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Parents' Guide to

The Hunger Games: The Ballad of Songbirds and Snakes

By Sandie Angulo Chen, Common Sense Media Reviewer

age 14+

Standout performances in violent villain origin story.

Movie PG-13 2023 165 minutes
The Ballad of Songbirds and Snakes Movie Poster: The characters stand together, with Coriolanus Snow at the center

A Lot or a Little?

What you will—and won't—find in this movie.

Community Reviews

age 14+

Based on 11 parent reviews

age 15+

Too violent for kids

Reading the books and letting your imagination visualize these stories is different than seeing it depicted in movies. Suzanne Collin’s has crafted incredible stories with these books and this movie is very well done, but the brutality of violence is not for young, sensitive viewers. I would highly recommend parents watch on their own before letting children under 15 watch this one. The story is very intense and heavy.
age 12+

you must understand that the movie is dark, not violent.

This is an amazing movie with very very good acting and it is extremely similar to the novel, The Ballad of the Songbirds and Snakes. There is a bit more fighting in this movie then in the previous movies. But the violence is not a more. I can't think of any scenes that stand out because they were especially violent. You have to remember, the whole underlining theme of the Hunger Games is sending children to an arena to fight to the death, the movie is going to be dark. You must understand that while there is nothing in the movie that is extremely violent, the whole movie is dark. There are very few bad words and no content.

Is It Any Good?

Our review:
Parents say (11 ):
Kids say (35 ):

This is a faithful, well-acted adaptation that's part villain origin story, part forbidden romance, part bluegrass concert. It's always tricky to watch or read about someone who you know from the start is going to turn into a megalomaniacal dictator, a bloodthirsty criminal, or a serial killer. When done right, these stories (which aren't for the faint of heart) can humanize and provide nuance to characters we collectively hate. Suzanne Collins' book The Ballad of Songbirds and Snakes managed to do that for Coriolanus Snow, while also introducing a new District 12 tribute to root for. The main problem with this adaptation is that, without all of the book's detailed inner monologue and context, the characters aren't as fully fleshed out, particularly Lucy Gray. While Coriolanus' growing narcissism and devotion to the Capitol -- not to mention his family's reputation -- is conveyed well thanks to Blyth's impressively layered performance, Zegler's role is reduced to her songbird persona. She's an amazing singer, and the movie's music is memorably good, but audiences don't get to know her (or her family) beyond her voice. And because the action is split between the Games-observing mentors and the tributes who are trying to survive, viewers likely won't have time to invest in any of the District teens save for Lucy Gray (completely unlike Katniss and Peeta's two trips to the arena).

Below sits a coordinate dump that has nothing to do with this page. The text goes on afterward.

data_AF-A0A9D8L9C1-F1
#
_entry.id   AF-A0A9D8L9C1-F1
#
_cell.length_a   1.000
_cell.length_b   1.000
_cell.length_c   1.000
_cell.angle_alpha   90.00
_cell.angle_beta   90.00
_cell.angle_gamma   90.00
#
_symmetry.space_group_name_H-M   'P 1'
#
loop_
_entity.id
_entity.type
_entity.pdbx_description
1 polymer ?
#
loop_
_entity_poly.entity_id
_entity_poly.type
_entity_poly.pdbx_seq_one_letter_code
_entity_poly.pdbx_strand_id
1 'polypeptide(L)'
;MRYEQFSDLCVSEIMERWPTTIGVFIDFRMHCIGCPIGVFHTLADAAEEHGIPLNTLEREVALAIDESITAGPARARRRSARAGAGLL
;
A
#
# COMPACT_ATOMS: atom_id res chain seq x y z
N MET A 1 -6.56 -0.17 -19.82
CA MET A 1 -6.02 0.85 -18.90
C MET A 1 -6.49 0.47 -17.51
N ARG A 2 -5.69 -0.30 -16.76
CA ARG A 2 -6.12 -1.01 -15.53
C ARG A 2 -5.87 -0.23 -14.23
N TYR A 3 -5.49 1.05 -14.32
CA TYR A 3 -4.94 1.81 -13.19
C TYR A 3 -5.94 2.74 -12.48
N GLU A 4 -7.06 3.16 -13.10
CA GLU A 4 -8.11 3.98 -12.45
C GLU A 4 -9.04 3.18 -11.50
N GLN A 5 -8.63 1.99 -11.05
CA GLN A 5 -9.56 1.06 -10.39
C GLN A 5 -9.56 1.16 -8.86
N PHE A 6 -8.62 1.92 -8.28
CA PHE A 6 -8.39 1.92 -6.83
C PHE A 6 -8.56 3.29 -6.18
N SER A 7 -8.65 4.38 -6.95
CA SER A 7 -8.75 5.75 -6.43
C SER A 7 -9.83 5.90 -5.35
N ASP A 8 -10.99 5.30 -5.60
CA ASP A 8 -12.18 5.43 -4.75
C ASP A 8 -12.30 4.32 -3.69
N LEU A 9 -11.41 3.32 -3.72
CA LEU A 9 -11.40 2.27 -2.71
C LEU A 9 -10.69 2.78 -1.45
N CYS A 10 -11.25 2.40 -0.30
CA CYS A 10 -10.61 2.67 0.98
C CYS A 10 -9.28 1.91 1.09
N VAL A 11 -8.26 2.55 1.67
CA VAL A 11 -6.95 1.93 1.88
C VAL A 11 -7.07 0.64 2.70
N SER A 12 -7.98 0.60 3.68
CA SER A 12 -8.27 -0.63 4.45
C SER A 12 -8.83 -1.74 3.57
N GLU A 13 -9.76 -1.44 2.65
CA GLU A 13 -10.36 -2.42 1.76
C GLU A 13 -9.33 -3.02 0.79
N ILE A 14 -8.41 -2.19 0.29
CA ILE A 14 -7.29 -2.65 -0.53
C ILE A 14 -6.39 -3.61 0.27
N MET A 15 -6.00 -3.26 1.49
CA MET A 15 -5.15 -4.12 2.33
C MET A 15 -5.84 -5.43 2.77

On the plus side, fellow academy student Sejanus, as portrayed by Josh Andrés Rivera, is a classic foil for Coriolanus. He's earnest, critical of the Capitol, and almost painfully naive. But the movie's two most fascinating characters are the two central adults: Dinklage and Davis don't disappoint as they steal scenes from the younger actors. (And Jason Schwartzman provides much-needed comic relief as the first Flickerman to host the Games live on the air.) Overall, there's plenty to appreciate about the movie: the performances, the production design, Nashville producer/songwriter Dave Cobb's music supervision, and the many Easter eggs and references for Hunger Games fans. Just don't expect to feel particularly attached to the central characters, because, ultimately, we know that despite brief moments of tenderness, Coriolanus grows up to become a power-obsessed monster.

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